At an event held last week in Washington D.C., European equipment suppliers and PV manufacturers discussed what a McKinsey & Company consultant described as a $1 billion to $1.5 billion market opportunity in the U.S. as a result of the Inflation Reduction Act. The U.S. market opportunity is based on an assumption that 50 GW of PV manufacturing capacity will be added by 2030, according to Lawrence Heath, a consultant at McKinsey.
While many manufacturers have broadly announced on-shoring of solar modules, cells, ingots and polysilicon, Linton appears to be the first equipment manufacturer announcing a move to the U.S. In Linton’s case, it is a move back to its roots as a U.S. manufacturer.
Linton Crystal Technologies, based in Rochester, N.Y., specializes in the design, development, and manufacture of Czochralski (CZ) furnaces for producing monocrystalline ingots for the semiconductor, machined part, and solar industries. The company also still makes diamond wire saws, which is where it began, and it makes other specialized equipment for shaping and polishing ingots and cutting them into wafers. Now Chinese owned with manufacturing facilities in China, Linton has retained the intellectual property for the CZ furnaces, which will soon be manufactured in the U.S. The company plans to break ground in Q2 2023 at a location yet to be announced.
“We’ve been working on this plan for a while now and are looking forward to reshoring manufacturing to the United States,” said Todd Barnum, president and CEO of Linton Crystal Technologies. “As a U.S. company with Chinese ownership, Linton Technologies Group, the geopolitical issues have been difficult to navigate. Our company used to manufacture in Rochester and we’re eager to get back to the United States.”
The company said it intends to establish a manufacturing center to build and demonstrate its full line of equipment. This includes CZ furnaces for monocrystalline silicon ingots, both semiconductor and solar grade, and the machines for producing solar ingots and wafers, including wire saws and polishing equipment.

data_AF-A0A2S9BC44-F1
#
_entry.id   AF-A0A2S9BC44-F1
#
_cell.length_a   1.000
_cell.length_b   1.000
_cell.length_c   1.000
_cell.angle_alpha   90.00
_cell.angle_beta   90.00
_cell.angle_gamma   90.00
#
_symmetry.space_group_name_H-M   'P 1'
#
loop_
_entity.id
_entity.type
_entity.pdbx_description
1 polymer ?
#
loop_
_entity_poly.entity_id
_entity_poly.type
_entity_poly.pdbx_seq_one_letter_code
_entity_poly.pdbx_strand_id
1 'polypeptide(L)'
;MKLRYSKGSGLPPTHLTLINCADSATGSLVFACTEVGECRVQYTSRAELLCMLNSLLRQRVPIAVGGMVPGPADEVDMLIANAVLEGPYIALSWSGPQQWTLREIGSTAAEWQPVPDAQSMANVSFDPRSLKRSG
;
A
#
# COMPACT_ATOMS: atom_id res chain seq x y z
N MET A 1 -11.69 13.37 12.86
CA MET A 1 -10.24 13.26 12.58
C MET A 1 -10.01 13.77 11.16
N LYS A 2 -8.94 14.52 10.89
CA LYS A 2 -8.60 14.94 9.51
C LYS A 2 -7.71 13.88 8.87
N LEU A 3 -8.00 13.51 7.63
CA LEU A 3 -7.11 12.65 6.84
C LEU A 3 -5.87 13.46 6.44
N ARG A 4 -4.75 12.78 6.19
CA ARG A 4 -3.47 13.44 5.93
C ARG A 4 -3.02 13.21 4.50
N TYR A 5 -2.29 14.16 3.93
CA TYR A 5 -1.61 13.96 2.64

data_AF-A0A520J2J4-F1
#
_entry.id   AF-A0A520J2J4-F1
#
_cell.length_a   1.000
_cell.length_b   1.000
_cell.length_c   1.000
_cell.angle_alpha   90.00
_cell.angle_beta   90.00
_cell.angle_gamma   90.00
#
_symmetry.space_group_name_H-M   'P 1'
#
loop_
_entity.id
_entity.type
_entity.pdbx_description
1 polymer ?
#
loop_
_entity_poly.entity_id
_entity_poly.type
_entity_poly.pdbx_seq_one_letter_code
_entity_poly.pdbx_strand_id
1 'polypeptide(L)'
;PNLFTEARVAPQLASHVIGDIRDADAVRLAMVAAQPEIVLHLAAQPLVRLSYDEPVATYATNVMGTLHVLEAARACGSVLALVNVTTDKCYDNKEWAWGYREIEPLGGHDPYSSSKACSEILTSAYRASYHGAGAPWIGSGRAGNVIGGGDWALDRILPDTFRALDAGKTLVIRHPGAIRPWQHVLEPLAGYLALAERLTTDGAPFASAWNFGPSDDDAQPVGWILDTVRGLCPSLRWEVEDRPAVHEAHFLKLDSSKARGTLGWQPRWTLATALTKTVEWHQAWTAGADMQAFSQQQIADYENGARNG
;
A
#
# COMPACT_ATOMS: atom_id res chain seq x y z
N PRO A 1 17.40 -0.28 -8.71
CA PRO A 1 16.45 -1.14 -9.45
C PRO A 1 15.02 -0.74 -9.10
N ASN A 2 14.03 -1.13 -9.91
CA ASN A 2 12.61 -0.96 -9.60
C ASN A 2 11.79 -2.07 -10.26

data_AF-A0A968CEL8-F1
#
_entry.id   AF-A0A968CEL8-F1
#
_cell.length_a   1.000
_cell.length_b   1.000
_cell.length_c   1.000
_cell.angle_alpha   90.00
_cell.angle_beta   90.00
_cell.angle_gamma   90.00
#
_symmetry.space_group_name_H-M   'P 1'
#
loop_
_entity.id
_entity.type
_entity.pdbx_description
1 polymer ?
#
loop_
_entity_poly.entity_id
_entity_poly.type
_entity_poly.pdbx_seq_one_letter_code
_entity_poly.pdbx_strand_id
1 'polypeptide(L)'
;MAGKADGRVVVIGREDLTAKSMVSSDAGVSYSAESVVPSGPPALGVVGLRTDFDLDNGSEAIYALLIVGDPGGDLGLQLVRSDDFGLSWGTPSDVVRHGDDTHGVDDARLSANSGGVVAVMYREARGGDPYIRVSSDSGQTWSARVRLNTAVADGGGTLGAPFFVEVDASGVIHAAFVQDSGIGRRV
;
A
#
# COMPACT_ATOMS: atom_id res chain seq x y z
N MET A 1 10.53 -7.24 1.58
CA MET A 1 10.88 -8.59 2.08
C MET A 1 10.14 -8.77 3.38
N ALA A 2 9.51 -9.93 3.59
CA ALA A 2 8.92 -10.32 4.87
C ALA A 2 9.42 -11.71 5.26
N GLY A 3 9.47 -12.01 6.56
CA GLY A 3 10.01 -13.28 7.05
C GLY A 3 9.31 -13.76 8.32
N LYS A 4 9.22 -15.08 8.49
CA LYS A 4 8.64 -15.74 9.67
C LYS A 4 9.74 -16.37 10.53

Linton said its initial investment of $10M will be used to add a new facility, establish a demonstration line, and build 1 to 2 gigawatts of production capacity, all by the end of year one. Initially the workforce will grow to more than 75 employees, with a goal of growing to close to 200 by the end of year two. Back in 2008, when the company was still manufacturing in New York, it employed nearly 200 in its U.S. factory.
“I’m excited to break ground. This creates more opportunities for our employees, new employees and their families,” Barnum said. “The IRA and CHIPS Act have created the pathway for manufacturing investment to fulfill the need for U.S.-made products. We’re going to meet that demand and we have the expertise to scale rapidly.”
Linton Crystal Technologies originated in Rochester in 1952 as a wire saw manufacturer, Hamco, and through a series of purchases became Kayex, a manufacturer of CZ crystal pullers. Linton has been the exclusive owner of Kayex technology since 2013. In 2020 the company moved manufacturing to China, and Linton China raised addition capital through its public offering on the Shanghai stock exchange. The company reports that it holds several patents, with others under application.
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